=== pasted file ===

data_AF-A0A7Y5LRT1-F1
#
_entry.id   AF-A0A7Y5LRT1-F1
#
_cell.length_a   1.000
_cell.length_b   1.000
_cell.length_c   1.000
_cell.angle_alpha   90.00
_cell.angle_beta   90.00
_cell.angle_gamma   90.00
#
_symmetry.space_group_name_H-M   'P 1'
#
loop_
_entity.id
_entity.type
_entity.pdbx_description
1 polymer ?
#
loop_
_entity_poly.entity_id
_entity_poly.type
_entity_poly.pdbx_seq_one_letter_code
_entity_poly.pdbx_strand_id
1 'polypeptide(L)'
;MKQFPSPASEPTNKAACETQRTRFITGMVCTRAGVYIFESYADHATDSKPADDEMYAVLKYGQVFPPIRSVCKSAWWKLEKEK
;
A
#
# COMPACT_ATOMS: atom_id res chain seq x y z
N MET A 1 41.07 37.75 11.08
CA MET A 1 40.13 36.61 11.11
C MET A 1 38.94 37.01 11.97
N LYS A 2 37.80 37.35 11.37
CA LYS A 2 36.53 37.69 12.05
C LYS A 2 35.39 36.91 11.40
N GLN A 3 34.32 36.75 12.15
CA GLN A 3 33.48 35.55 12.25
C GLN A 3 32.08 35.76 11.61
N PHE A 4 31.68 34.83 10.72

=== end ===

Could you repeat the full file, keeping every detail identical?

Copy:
data_AF-A0A7Y5LRT1-F1
#
_entry.id   AF-A0A7Y5LRT1-F1
#
_cell.length_a   1.000
_cell.length_b   1.000
_cell.length_c   1.000
_cell.angle_alpha   90.00
_cell.angle_beta   90.00
_cell.angle_gamma   90.00
#
_symmetry.space_group_name_H-M   'P 1'
#
loop_
_entity.id
_entity.type
_entity.pdbx_description
1 polymer ?
#
loop_
_entity_poly.entity_id
_entity_poly.type
_entity_poly.pdbx_seq_one_letter_code
_entity_poly.pdbx_strand_id
1 'polypeptide(L)'
;MKQFPSPASEPTNKAACETQRTRFITGMVCTRAGVYIFESYADHATDSKPADDEMYAVLKYGQVFPPIRSVCKSAWWKLEKEK
;
A
#
# COMPACT_ATOMS: atom_id res chain seq x y z
N MET A 1 41.07 37.75 11.08
CA MET A 1 40.13 36.61 11.11
C MET A 1 38.94 37.01 11.97
N LYS A 2 37.80 37.35 11.37
CA LYS A 2 36.53 37.69 12.05
C LYS A 2 35.39 36.91 11.40
N GLN A 3 34.32 36.75 12.15
CA GLN A 3 33.48 35.55 12.25
C GLN A 3 32.08 35.76 11.61
N PHE A 4 31.68 34.83 10.72